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Around the Nation

Here are some of this week’s arts and culture stories from public broadcasting stations around the nation:

– Paul Auster’s new book, “Sunset Park,” follows four broke, young New Yorkers during the winter of 2008. He talks with Kai Ryssdal of American Public Media’s Marketplace about whether the financial crisis has changed the way people relate to each other.

Read and excerpt of Auster’s book here and listen to the interview:

– The author of “All the Pretty Horses” and “No Country for Old Men” is one of America’s most reclusive writers. Now, people have a chance to learn more about him through his archives.

Texas State University is hosting its first public display of Cormac McCarthy’s papers at the Wittliff Collections. Mose Buchele of KUT (Austin) tours the exhibit with curator Steve Davis.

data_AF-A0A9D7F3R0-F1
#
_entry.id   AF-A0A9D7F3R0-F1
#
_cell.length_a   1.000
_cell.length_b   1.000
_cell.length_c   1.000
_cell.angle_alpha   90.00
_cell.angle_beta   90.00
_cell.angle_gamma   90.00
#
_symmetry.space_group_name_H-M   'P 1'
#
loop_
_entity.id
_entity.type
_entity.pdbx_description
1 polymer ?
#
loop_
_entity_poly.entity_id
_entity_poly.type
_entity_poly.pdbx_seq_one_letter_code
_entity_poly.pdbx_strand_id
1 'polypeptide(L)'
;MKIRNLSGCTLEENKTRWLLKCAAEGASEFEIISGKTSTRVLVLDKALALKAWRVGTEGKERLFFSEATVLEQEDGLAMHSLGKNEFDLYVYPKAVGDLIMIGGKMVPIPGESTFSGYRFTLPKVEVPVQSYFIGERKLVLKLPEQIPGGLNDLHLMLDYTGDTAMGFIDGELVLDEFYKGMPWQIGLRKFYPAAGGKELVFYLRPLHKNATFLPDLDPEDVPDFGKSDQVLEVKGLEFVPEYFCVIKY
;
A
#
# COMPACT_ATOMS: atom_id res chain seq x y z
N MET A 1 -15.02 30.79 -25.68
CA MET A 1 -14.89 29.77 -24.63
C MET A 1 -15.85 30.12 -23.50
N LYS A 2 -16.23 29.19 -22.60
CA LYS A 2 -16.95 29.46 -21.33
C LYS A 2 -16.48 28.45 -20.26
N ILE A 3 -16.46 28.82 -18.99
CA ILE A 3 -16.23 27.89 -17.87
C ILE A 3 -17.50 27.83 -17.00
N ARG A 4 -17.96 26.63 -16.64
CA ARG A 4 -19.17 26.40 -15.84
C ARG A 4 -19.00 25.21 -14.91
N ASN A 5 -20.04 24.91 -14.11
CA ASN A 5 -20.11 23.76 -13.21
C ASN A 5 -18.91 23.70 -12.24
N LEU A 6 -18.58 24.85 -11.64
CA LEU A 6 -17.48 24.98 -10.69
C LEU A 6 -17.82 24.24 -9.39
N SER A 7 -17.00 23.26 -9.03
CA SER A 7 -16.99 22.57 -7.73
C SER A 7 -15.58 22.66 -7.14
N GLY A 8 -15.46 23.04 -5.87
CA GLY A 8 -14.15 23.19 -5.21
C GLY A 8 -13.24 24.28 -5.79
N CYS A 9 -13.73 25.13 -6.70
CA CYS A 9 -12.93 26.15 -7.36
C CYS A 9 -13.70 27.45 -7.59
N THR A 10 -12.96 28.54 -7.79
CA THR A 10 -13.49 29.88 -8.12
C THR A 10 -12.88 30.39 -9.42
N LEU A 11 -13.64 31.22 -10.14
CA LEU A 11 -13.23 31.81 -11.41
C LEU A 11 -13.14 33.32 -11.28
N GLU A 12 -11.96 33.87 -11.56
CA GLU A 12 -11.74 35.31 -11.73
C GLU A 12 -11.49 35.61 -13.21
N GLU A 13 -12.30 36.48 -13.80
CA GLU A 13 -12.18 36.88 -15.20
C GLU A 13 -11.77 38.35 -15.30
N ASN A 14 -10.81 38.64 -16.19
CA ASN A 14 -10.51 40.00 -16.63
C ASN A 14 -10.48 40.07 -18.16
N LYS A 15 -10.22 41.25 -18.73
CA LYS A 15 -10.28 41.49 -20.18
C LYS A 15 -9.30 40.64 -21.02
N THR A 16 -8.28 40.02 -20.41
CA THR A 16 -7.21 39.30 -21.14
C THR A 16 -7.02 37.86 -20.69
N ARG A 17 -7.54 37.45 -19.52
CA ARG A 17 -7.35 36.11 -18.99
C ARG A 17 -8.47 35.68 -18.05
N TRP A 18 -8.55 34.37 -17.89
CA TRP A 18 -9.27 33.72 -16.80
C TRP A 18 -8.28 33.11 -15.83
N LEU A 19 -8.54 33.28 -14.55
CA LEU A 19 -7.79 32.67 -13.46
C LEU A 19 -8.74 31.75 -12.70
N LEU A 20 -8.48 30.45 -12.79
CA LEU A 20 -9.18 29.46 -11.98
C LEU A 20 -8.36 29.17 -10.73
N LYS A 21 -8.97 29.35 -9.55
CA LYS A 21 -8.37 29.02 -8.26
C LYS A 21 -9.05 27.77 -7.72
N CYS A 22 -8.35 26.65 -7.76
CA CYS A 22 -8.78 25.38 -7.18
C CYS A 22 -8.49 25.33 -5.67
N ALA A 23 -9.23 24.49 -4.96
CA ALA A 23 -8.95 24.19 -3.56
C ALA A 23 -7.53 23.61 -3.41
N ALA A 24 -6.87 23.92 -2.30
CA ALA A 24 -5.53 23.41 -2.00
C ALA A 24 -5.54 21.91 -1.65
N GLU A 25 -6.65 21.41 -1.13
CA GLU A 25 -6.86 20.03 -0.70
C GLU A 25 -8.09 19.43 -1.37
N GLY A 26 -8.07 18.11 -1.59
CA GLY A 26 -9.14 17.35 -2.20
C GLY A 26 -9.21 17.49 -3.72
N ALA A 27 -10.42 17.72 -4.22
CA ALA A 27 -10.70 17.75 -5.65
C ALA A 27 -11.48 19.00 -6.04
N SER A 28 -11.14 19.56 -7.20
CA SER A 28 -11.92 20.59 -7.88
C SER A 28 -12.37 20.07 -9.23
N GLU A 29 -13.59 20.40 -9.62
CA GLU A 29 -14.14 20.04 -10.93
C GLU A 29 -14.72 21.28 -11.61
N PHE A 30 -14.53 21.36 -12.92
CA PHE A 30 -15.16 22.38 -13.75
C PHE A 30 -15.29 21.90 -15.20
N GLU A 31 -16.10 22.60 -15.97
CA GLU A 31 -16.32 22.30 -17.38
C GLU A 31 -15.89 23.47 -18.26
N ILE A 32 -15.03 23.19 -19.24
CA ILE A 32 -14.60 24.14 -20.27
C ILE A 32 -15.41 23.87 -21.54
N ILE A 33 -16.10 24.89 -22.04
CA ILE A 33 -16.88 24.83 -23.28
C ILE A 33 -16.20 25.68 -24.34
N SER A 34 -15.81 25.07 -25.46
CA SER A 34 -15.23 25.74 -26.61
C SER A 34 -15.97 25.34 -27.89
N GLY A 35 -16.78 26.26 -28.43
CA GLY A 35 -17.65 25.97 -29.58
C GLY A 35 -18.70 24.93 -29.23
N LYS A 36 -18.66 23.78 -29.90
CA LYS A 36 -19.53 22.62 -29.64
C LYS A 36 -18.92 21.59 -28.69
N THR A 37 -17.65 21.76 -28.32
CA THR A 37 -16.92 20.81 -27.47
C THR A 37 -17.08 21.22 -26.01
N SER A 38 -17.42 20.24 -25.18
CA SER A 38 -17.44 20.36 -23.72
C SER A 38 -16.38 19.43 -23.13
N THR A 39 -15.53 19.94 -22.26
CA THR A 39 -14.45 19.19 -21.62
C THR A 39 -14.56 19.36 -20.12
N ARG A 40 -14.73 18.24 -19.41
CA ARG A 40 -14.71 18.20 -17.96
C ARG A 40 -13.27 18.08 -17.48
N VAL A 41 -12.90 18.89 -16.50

Milwaukee Public Television’s Arts Digest explores Danceworks’ Mad Hot Ballroom and Tap program, which works with 45 public and private schools in Milwaukee:


WHYY’s On Canvas talks to jazz musician Vijay Iyer, whose album “Historicity” was named #1 jazz album of 2009 by the New York Times, the Chicago Tribune, the Los Angeles Times and the annual Village Voice jazz critics poll.

Iyer talks about his latest release, “Solo,” an album that features him solely on piano:

Watch the full episode. See more On Canvas.


– Because of a condition called synesthesia, when Russian composer Alexander Scriabin heard music he actually saw colors. Arts File on WQXR (New York) talks about seeing music with author and professor Daniel Levitin, who’s the author of “This is Your Brain on Music”:


– Jay Shefsky of WTTW (Chicago) talks to photographer Alyssa Miserendino, who finds healing in abandoned homes:

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